Streetfighting (mathematics) for economic development

| Posted in analysis, economic development, incentives | | 1 Comment

I just came across Sanjoy Mahajan’s work on Streetfighting Mathematics. Can his approach help us make better economic development decisions?

A recent podcast on Inquiring Minds featured Mahajan’s work, which can be summed up as:

“In problem solving, as in street fighting, rules are for fools: do whatever works – don’t just stand there!”

In other words, we often don’t need exact answers or 100% accurate solutions to start figuring out problems. In fact, what we actually need to know when we are making decisions is how numbers relate to each other.

This struck me as especially true for incentive and economic development decisions. Having super-accurate output from an economic impact analysis isn’t that meaningful unless you know the size of the economy.

We also need ways to make decisions when we don’t have the time or capacity to go through a full-scale impact analysis. That’s where the street fighting comes in.

I thought about how this might apply to an incentives decision, and Washington state’s $8.7 billion package for Boeing came to mind. While Mahajan mostly talks about physics, he starts his book with an economics example in which the net worth of Exxon ($119b) is compared to the GDP of Nigeria ($99b). He explains that this is a meaningless comparison because GDP is a monetary flow – its value is dollars per year – while net worth is an amount at a single point in time. If we think about Washington state’s Boeing incentive package, the first thing to understand is that time matters and the value of the incentives is estimated over a 20 year period – the $8.7 billion cost is not a one-time cash outlay.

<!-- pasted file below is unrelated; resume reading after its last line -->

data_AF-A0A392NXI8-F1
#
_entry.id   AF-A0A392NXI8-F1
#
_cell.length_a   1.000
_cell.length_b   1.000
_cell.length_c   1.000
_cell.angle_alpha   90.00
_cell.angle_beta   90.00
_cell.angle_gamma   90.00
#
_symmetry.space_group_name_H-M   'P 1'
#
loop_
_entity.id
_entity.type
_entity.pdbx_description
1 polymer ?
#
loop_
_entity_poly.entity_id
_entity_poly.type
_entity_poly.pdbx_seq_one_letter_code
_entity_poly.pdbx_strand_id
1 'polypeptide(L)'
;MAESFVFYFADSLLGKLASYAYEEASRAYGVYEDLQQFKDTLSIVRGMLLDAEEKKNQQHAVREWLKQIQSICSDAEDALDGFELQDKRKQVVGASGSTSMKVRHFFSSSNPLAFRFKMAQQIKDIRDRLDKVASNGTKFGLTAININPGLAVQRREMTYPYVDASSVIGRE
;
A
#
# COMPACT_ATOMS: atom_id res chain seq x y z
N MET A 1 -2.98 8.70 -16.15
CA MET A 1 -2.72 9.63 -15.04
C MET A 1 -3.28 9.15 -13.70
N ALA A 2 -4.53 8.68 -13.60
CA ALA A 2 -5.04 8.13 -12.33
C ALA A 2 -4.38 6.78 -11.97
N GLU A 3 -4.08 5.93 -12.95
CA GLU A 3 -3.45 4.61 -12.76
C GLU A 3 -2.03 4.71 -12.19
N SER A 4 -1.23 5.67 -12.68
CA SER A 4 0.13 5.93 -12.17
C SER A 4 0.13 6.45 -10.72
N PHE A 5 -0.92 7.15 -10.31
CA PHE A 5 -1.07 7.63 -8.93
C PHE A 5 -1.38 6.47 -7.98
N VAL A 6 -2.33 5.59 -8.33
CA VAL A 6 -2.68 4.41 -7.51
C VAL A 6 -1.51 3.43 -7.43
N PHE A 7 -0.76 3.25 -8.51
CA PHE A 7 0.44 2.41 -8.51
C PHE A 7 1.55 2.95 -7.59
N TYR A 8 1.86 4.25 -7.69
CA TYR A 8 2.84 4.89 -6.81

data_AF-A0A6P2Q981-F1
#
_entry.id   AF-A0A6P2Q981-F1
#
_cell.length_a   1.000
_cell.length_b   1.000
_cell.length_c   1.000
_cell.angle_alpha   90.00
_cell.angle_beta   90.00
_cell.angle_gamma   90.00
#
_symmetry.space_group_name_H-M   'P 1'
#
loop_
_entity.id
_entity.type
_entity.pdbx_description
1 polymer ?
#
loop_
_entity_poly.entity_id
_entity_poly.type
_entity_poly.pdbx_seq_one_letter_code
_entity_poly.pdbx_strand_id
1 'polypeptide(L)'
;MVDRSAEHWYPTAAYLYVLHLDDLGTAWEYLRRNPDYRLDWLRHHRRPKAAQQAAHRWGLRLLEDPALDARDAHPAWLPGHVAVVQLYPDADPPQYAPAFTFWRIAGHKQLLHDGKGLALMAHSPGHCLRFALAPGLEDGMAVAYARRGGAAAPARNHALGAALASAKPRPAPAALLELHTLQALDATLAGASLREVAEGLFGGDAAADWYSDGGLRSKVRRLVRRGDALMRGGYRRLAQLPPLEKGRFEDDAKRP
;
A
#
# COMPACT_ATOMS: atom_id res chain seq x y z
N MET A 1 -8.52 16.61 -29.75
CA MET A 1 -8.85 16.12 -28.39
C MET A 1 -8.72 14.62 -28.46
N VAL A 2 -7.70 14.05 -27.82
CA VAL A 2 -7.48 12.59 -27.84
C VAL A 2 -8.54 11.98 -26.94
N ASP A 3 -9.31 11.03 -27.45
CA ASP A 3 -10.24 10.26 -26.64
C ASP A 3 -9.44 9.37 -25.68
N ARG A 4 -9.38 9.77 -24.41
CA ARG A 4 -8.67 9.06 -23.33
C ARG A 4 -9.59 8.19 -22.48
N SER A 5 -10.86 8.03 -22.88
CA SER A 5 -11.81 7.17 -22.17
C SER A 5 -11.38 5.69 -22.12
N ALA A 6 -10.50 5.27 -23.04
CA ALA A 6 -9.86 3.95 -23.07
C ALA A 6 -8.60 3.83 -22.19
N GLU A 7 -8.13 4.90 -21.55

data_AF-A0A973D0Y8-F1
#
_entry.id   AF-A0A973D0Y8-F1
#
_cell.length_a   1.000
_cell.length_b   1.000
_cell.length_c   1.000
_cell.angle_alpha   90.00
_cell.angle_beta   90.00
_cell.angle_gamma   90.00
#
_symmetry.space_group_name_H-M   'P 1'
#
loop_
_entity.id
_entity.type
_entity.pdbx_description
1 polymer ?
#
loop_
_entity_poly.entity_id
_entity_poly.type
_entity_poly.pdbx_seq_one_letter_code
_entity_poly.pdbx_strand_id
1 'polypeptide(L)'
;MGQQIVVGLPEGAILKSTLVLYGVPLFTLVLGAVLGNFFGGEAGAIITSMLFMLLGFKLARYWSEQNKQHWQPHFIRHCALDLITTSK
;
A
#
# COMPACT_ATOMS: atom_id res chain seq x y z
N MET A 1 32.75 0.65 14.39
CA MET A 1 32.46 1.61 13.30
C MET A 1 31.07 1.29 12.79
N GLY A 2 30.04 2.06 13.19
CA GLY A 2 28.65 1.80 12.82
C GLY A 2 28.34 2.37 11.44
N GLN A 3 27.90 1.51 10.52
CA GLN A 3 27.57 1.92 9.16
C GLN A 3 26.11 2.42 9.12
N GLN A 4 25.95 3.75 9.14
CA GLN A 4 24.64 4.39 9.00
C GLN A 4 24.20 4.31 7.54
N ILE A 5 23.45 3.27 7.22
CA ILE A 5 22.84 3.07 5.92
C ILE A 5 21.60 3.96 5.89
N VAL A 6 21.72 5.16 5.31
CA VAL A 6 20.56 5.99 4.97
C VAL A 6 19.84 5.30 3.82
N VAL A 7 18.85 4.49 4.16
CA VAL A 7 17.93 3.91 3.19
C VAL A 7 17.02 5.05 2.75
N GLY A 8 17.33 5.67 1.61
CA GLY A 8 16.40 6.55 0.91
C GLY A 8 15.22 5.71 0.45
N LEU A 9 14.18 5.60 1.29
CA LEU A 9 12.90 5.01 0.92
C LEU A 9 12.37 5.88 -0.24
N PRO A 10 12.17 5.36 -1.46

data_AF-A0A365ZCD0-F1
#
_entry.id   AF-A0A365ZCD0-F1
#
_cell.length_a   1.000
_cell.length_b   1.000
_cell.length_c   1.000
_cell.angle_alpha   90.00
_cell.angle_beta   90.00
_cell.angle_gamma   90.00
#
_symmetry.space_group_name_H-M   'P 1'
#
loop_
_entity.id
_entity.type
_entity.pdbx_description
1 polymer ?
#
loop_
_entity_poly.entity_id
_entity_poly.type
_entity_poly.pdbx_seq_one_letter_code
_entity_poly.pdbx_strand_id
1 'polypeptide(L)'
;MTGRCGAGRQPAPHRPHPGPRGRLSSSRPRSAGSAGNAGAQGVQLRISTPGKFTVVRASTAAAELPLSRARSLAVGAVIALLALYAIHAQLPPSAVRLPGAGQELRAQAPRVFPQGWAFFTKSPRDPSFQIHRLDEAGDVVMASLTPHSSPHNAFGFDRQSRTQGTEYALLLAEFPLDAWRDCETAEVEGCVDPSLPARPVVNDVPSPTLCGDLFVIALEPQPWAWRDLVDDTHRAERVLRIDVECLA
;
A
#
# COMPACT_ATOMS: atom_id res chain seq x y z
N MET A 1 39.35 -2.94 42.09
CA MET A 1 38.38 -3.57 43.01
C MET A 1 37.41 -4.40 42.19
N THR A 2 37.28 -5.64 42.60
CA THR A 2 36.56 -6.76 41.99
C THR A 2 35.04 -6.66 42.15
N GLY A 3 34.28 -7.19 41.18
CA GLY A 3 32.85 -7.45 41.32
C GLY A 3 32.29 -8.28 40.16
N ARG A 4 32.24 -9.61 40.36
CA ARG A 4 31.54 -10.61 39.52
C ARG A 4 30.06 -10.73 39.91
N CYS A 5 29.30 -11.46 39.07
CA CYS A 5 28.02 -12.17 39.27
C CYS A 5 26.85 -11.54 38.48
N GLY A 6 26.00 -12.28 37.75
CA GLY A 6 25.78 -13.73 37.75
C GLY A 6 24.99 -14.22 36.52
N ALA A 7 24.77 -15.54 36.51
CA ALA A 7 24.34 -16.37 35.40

We can also think of the relative costs. Taking some liberties (this is streetfighting after all):

  • We can calculate the incentive package as roughly $435 million per year.
  • The Washington state operating budget is about $40 billion per year – so the incentive costs are approximately 1% of that total.
  • The gross product of Washington state is approximately $400 billion, with slightly more than 10% coming from durable goods manufacturing, which includes aircraft.
  • Boeing revenue is roughly $90 billion and it estimates total aerospace industry revenues (not just Boeing) are $50 billion in Washington state. We don’t know, but it seems reasonable that Boeing directly accounts for 1% of state GDP.
  • We do know the company employs over 80,000 people in Washington and there are roughly 3 million total jobs – that’s 3% of the total.

This does not automatically mean it was a good deal, but by putting both the $8.7 billion and the Boeing operations into an economic and fiscal context, it does imply the size of incentive package is not nearly as ridiculous as many have suggested.

Governing magazine has pointed out that lack of financial understanding is one of state and local government’s biggest problems. The same is true on the economics front. I think Mahajan's streetfighting mathematics techniques can help leaders make better decisions as they work their way through complicated economic and financial options.

1 Comment

We have looked into similar issues with economic impact studies in the past. This apples-to-apples comparison done by Ms. Harpel (putting the numbers in the right context for comparison purposes) is right on in my opinion. If you want to read a related but slightly different twist on the issue of economic impact studies, try http://www.greenfieldadvisors.com/how-useful-are-economic-impact-studies/.

Posted by Clifford A. Lipscomb, Ph.D., MRICS on May 22, 2015

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